Sure, sure, I know it’s Apple and Apple is to the ’10s what Sony was to the ’80s. But there must be more to the fact that the iPhone/iTouch are the fastest growing technology launch in history (and the iPad so far is on pace to outdo them both).

Now of course you know that the iPhone and iPad are popular because of the way they look. The smooth contours and the shimmering black glass bezels make the devices look more like something out of a Swarovski store than a Best Buy. They bring out our primitive attractions to the bright and shiny. (For sure Tut would have shoved some of the gold trinkets aside to be buried with his iPhone and iPad.)

The default Home screen of the iPhone shows mo...
Image via Wikipedia

But there’s something else here that brings out another primal drive in us. When you look at the screen of the iPhone or iPad you see beautiful little jewel-like icons beaming at you from beneath the glass. What I realized is that the iPhone and iPad aren’t just jewels, they are jewel cases. They contain our collection of applications. And these collections bring out our hunter gatherer instincts like any other collectable—from beanie babies to giant balls of string.

The reason is the iTunes/AppStore model. It lets us do everything that feels good about collecting:

  • Collecting is social. All collecting is driven in part by the desire to connect with others and show off and share what we have with them and talk about it all. Though iTunes could be a lot more social than it is, most applications have dozens or hundreds of reviews. The next step is to create communities around the applications so they can all geek out on it together.
  • Collecting is fun. Is there anything fun about collecting applications for your PC? Though the threat is much less than it was, installing new applications on PCs has always meant the possibility of taking down other applications or the computer itself. And the experience of finding and adding applications is almost always different from application to application. You can’t have fun when you’re anxious. Though the iTunes application store is tightly controlled—probably more tightly than it should be—it is easy and predictable.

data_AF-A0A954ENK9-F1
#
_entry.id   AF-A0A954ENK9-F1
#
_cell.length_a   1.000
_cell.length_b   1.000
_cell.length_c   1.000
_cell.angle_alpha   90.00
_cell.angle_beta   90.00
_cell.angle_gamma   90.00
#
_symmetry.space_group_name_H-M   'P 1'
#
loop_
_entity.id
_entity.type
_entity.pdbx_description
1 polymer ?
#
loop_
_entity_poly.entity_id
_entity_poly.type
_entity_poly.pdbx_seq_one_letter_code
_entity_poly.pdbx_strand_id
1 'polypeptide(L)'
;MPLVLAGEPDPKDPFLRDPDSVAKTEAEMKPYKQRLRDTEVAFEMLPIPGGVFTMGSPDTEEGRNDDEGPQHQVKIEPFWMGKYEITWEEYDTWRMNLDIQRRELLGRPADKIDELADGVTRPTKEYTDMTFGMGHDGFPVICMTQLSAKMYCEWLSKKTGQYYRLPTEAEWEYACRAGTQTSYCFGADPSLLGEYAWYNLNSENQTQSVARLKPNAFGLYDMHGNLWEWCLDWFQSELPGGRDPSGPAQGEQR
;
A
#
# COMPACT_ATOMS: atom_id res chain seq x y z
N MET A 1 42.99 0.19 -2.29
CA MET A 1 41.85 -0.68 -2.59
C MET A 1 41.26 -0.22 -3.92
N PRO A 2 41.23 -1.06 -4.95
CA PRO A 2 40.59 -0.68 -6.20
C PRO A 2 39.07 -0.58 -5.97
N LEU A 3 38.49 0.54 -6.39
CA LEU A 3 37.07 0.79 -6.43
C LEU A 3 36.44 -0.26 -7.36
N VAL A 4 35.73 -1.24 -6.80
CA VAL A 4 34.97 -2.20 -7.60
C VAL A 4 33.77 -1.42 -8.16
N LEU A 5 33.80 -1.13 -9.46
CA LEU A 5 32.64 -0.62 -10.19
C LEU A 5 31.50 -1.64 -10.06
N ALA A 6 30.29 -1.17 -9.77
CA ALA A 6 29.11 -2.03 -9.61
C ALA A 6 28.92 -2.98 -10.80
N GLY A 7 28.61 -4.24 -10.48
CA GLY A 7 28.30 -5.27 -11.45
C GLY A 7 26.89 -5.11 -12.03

• Collecting is valuable. One of the most depressing aspects of PC applications is that they are basically time bombs that self-destruct with each passing generation of operating system or processor. Now, there’s no guarantee that our iPhone/iPad application collections will survive each new generation of device, but if they don’t, they’re cheap to replace. And in the meantime, they update themselves automatically. All we need to know when we’re collecting is that we’re not being idiots for investing our time in it (it’s okay to look like an idiot for what we collect—in fact, that’s part of the fun).

How to use iPhone apps for marketing
I’m not saying that the iPhone/iPad is going to take over the world, only that the model Apple has developed—and which every other phone manufacturers now trying to copy—is going to endure and will cross over into the business realm.

But as marketers, if we’re going to break into someone’s collection, the bar is set really high. Applications that convert your voice to text or instruct you on which turn to take are hard to top.

We must have the center of gravity for our mobile apps elsewhere. We need to create vibrant communities that customers will value so much that they will want a mobile application so they can keep up with the action anytime from anywhere. That’s how we get into their collections.

What do you think?